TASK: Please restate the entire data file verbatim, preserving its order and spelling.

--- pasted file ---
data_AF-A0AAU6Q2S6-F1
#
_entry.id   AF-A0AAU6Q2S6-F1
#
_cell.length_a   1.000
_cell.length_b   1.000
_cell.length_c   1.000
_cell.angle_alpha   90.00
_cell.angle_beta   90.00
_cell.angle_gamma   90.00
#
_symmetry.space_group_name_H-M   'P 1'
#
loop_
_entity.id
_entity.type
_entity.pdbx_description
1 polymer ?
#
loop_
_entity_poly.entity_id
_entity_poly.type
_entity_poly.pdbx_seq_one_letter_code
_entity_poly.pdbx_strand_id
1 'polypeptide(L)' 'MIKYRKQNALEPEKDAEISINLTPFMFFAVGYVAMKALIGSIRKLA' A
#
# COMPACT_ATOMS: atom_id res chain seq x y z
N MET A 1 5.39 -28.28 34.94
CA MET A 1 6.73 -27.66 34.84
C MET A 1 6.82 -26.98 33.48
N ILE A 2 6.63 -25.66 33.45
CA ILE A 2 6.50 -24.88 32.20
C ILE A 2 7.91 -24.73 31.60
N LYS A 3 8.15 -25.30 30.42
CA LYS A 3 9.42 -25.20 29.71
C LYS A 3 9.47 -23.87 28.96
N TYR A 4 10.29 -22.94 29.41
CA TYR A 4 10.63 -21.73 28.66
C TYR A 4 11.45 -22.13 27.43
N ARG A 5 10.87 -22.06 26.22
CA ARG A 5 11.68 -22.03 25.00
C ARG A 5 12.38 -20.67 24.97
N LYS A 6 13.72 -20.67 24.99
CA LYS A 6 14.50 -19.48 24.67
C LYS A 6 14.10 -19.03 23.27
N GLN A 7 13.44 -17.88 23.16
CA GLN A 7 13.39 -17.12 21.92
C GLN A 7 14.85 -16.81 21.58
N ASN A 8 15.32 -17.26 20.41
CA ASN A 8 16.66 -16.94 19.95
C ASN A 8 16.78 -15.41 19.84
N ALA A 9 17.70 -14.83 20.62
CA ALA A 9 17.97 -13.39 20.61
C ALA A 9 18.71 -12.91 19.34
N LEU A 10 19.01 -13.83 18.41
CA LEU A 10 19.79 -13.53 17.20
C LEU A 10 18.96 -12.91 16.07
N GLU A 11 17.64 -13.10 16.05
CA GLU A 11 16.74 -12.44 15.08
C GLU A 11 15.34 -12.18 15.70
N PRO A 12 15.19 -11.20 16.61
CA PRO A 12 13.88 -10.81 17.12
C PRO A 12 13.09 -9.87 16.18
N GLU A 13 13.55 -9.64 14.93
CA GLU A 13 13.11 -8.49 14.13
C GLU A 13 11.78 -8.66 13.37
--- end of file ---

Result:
data_AF-A0AAU6Q2S6-F1
#
_entry.id   AF-A0AAU6Q2S6-F1
#
_cell.length_a   1.000
_cell.length_b   1.000
_cell.length_c   1.000
_cell.angle_alpha   90.00
_cell.angle_beta   90.00
_cell.angle_gamma   90.00
#
_symmetry.space_group_name_H-M   'P 1'
#
loop_
_entity.id
_entity.type
_entity.pdbx_description
1 polymer ?
#
loop_
_entity_poly.entity_id
_entity_poly.type
_entity_poly.pdbx_seq_one_letter_code
_entity_poly.pdbx_strand_id
1 'polypeptide(L)' 'MIKYRKQNALEPEKDAEISINLTPFMFFAVGYVAMKALIGSIRKLA' A
#
# COMPACT_ATOMS: atom_id res chain seq x y z
N MET A 1 5.39 -28.28 34.94
CA MET A 1 6.73 -27.66 34.84
C MET A 1 6.82 -26.98 33.48
N ILE A 2 6.63 -25.66 33.45
CA ILE A 2 6.50 -24.88 32.20
C ILE A 2 7.91 -24.73 31.60
N LYS A 3 8.15 -25.30 30.42
CA LYS A 3 9.42 -25.20 29.71
C LYS A 3 9.47 -23.87 28.96
N TYR A 4 10.29 -22.94 29.41
CA TYR A 4 10.63 -21.73 28.66
C TYR A 4 11.45 -22.13 27.43
N ARG A 5 10.87 -22.06 26.22
CA ARG A 5 11.68 -22.03 25.00
C ARG A 5 12.38 -20.67 24.97
N LYS A 6 13.72 -20.67 24.99
CA LYS A 6 14.50 -19.48 24.67
C LYS A 6 14.10 -19.03 23.27
N GLN A 7 13.44 -17.88 23.16
CA GLN A 7 13.39 -17.12 21.92
C GLN A 7 14.85 -16.81 21.58
N ASN A 8 15.32 -17.26 20.41
CA ASN A 8 16.66 -16.94 19.95
C ASN A 8 16.78 -15.41 19.84
N ALA A 9 17.70 -14.83 20.62
CA ALA A 9 17.97 -13.39 20.61
C ALA A 9 18.71 -12.91 19.34
N LEU A 10 19.01 -13.83 18.41
CA LEU A 10 19.79 -13.53 17.20
C LEU A 10 18.96 -12.91 16.07
N GLU A 11 17.64 -13.10 16.05
CA GLU A 11 16.74 -12.44 15.08
C GLU A 11 15.34 -12.18 15.70
N PRO A 12 15.19 -11.20 16.61
CA PRO A 12 13.88 -10.81 17.12
C PRO A 12 13.09 -9.87 16.18
N GLU A 13 13.55 -9.64 14.93
CA GLU A 13 13.11 -8.49 14.13
C GLU A 13 11.78 -8.66 13.37